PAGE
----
Cited by 4 | PDF Full-text (2761 KB) | HTML Full-text | XML Full-text
Abstract
Frequency-dependent capacitance C(ω) is a rapid and reliable method for the determination of the state-of-charge (SoC) of electrochemical storage devices. The state-of-the-art of SoC monitoring using impedance spectroscopy is reviewed, and complemented by original 1.5-year long-term electrical impedance measurements of [...] Read more.
Frequency-dependent capacitance C(ω) is a rapid and reliable method for the determination of the state-of-charge (SoC) of electrochemical storage devices. The state-of-the-art of SoC monitoring using impedance spectroscopy is reviewed, and complemented by original 1.5-year long-term electrical impedance measurements of several commercially available supercapacitors. It is found that the kinetics of the self-discharge of supercapacitors comprises at least two characteristic time constants in the range of days and months. The curvature of the Nyquist curve at frequencies above 10 Hz (charge transfer resistance) depends on the available electric charge as well, but it is of little use for applications. Lithium-ion batteries demonstrate a linear correlation between voltage and capacitance as long as overcharge and deep discharge are avoided. Full article
(This article belongs to the Special Issue Batteries and Supercapacitors Aging)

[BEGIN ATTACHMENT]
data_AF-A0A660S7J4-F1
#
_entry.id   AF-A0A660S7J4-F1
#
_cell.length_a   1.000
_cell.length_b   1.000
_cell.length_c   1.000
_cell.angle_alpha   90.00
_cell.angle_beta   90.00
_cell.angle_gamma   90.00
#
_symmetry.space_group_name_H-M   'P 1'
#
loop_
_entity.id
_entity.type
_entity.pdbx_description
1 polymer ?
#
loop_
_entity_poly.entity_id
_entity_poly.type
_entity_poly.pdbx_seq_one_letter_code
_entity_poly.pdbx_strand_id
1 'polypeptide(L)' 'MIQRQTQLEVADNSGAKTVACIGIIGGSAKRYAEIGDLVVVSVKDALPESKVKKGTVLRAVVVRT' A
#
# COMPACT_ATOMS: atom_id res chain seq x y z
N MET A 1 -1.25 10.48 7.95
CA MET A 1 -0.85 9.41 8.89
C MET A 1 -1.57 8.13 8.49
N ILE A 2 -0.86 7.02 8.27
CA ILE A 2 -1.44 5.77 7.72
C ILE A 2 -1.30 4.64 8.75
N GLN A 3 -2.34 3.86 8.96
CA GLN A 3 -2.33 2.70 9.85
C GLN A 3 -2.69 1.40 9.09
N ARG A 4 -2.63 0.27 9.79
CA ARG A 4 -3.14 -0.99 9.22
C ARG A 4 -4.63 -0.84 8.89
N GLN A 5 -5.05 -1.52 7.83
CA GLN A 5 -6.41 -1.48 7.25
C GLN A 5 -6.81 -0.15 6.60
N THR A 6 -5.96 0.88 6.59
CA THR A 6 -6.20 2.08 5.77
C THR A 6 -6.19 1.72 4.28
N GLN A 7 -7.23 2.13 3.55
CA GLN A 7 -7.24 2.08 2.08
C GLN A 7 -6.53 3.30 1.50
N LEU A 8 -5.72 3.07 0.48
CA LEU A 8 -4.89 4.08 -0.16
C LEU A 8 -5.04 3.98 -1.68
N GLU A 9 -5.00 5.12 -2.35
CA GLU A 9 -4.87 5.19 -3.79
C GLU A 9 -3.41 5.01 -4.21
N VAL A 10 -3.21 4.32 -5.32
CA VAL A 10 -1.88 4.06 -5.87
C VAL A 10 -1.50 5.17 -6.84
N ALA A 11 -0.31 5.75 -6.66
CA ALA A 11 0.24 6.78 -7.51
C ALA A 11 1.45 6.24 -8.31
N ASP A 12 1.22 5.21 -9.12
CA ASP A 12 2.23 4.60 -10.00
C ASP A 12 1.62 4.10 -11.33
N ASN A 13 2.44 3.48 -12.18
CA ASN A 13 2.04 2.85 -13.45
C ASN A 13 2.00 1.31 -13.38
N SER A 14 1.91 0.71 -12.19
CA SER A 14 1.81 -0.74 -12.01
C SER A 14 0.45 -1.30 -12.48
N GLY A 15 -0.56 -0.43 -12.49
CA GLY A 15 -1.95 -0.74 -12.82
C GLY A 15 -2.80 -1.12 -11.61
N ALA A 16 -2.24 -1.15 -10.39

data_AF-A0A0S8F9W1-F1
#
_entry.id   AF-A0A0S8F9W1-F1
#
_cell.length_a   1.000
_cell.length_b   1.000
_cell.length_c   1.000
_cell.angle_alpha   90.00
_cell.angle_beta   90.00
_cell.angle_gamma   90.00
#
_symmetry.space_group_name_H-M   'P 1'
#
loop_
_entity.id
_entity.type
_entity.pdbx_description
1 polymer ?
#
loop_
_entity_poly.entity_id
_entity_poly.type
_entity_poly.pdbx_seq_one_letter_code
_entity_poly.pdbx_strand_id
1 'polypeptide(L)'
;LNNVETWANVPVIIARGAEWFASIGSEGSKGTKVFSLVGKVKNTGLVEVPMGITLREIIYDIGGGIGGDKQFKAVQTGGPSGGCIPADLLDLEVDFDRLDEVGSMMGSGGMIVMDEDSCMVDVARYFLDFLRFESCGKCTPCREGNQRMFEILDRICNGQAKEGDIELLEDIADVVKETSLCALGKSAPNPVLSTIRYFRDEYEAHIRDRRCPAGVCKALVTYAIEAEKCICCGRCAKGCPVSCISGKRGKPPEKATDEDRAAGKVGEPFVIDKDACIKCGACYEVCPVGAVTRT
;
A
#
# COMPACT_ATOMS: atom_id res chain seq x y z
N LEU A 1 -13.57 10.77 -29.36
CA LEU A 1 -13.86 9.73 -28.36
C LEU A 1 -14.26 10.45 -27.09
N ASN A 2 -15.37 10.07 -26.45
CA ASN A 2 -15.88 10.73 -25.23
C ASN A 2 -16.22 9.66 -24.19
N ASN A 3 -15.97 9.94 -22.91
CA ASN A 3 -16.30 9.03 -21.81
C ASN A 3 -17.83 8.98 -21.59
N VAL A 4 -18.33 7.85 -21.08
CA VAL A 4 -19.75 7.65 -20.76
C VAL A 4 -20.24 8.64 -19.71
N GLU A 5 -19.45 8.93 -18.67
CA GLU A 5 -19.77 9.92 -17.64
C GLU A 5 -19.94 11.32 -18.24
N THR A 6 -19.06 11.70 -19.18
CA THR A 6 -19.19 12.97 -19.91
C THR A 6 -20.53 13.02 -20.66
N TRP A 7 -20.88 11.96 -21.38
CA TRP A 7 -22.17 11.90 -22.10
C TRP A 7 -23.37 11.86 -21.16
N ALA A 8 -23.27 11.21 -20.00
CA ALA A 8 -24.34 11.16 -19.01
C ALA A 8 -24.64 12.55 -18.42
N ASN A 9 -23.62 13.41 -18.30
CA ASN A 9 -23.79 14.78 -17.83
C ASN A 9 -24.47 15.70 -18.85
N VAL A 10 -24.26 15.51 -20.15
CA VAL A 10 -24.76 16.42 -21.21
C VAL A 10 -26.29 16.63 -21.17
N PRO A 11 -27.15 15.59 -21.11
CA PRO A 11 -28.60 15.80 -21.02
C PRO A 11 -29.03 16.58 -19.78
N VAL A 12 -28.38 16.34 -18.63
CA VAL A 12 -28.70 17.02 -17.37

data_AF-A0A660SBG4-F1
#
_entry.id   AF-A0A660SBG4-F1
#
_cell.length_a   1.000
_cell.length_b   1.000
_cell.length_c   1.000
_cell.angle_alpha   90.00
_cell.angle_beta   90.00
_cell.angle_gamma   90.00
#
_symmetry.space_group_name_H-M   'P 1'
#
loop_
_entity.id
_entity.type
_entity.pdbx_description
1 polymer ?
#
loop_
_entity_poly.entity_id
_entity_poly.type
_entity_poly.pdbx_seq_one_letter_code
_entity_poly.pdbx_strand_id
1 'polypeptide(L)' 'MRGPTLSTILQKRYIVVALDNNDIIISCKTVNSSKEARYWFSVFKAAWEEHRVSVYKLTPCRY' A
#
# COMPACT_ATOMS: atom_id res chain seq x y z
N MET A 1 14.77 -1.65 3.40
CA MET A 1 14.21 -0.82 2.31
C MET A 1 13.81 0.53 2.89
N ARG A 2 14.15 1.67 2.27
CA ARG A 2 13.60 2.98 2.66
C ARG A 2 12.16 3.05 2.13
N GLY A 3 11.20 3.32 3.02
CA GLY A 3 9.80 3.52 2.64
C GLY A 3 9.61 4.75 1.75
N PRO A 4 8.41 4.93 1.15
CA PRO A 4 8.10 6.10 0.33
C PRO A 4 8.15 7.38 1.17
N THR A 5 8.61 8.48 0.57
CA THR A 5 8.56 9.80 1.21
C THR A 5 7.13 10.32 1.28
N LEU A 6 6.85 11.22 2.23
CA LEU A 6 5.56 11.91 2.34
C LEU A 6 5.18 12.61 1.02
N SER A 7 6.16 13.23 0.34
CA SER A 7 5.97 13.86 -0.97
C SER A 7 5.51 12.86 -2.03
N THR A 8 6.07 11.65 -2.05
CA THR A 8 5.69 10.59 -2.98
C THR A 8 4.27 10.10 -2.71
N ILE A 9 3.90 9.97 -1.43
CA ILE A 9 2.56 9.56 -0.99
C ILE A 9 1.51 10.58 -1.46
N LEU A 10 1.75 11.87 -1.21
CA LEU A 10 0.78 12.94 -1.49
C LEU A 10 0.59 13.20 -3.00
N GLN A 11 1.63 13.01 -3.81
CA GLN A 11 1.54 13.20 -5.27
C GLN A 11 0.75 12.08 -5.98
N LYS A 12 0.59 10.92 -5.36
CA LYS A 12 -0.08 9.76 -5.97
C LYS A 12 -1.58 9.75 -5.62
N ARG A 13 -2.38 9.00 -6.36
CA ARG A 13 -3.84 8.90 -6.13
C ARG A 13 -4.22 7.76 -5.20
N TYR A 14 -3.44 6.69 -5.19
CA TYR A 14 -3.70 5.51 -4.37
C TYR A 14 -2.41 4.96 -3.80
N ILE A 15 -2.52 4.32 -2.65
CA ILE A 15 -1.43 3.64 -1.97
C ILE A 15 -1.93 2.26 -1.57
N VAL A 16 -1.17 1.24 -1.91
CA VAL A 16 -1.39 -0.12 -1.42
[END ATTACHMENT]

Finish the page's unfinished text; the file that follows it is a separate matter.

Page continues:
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Open AccessArticle
Comparison of Battery Architecture Dependability
Received: 14 May 2018 / Revised: 7 June 2018 / Accepted: 7 June 2018 / Published: 3 July 2018
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Abstract
This paper presents various solutions for organizing an accumulator battery. It examines three different architectures: series-parallel, parallel-series and C3C architecture, which spread the cell output current flux to three other cells. Alternatively, to improve a several cell system reliability, it is possible to [...] Read more.
This paper presents various solutions for organizing an accumulator battery. It examines three different architectures: series-parallel, parallel-series and C3C architecture, which spread the cell output current flux to three other cells. Alternatively, to improve a several cell system reliability, it is possible to insert more cells than necessary and soliciting them less. Classical RAMS (Reliability, Availability, Maintainability, Safety) solutions can be deployed by adding redundant cells or by tolerating some cell failures. With more cells than necessary, it is also possible to choose active cells by a selection algorithm and place the others at rest. Each variant is simulated for the three architectures in order to determine the impact on battery-operative dependability, that is to say the duration of how long the battery complies specifications. To justify that the conventional RAMS solutions are not deployed to date, this article examines the influence on operative dependability. If the conventional variants allow to extend the moment before the battery stops to be operational, using an algorithm with a suitable optimization criterion further extend the battery mission time. Full article
(This article belongs to the Special Issue Batteries and Supercapacitors Aging)